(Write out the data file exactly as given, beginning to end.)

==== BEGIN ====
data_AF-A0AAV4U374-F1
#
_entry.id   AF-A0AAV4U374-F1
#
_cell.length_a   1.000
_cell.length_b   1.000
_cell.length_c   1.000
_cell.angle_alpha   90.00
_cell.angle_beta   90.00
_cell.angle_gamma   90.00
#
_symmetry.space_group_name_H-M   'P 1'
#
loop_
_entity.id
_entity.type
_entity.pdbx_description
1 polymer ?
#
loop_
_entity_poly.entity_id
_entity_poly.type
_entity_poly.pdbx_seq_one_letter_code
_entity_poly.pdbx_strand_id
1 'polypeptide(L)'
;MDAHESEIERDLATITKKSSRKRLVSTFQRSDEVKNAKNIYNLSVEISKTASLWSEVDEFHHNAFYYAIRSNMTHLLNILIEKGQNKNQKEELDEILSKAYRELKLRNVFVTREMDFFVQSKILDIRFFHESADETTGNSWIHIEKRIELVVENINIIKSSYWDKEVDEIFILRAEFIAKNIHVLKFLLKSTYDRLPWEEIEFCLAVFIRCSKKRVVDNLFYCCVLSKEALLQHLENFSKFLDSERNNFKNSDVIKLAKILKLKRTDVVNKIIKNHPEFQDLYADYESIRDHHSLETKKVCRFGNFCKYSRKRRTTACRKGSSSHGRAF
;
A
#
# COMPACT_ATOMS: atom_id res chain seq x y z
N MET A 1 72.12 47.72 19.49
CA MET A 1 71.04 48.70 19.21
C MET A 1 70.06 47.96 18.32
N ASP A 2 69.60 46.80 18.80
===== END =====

data_AF-A0AAV4U374-F1
#
_entry.id   AF-A0AAV4U374-F1
#
_cell.length_a   1.000
_cell.length_b   1.000
_cell.length_c   1.000
_cell.angle_alpha   90.00
_cell.angle_beta   90.00
_cell.angle_gamma   90.00
#
_symmetry.space_group_name_H-M   'P 1'
#
loop_
_entity.id
_entity.type
_entity.pdbx_description
1 polymer ?
#
loop_
_entity_poly.entity_id
_entity_poly.type
_entity_poly.pdbx_seq_one_letter_code
_entity_poly.pdbx_strand_id
1 'polypeptide(L)'
;MDAHESEIERDLATITKKSSRKRLVSTFQRSDEVKNAKNIYNLSVEISKTASLWSEVDEFHHNAFYYAIRSNMTHLLNILIEKGQNKNQKEELDEILSKAYRELKLRNVFVTREMDFFVQSKILDIRFFHESADETTGNSWIHIEKRIELVVENINIIKSSYWDKEVDEIFILRAEFIAKNIHVLKFLLKSTYDRLPWEEIEFCLAVFIRCSKKRVVDNLFYCCVLSKEALLQHLENFSKFLDSERNNFKNSDVIKLAKILKLKRTDVVNKIIKNHPEFQDLYADYESIRDHHSLETKKVCRFGNFCKYSRKRRTTACRKGSSSHGRAF
;
A
#
# COMPACT_ATOMS: atom_id res chain seq x y z
N MET A 1 72.12 47.72 19.49
CA MET A 1 71.04 48.70 19.21
C MET A 1 70.06 47.96 18.32
N ASP A 2 69.60 46.80 18.80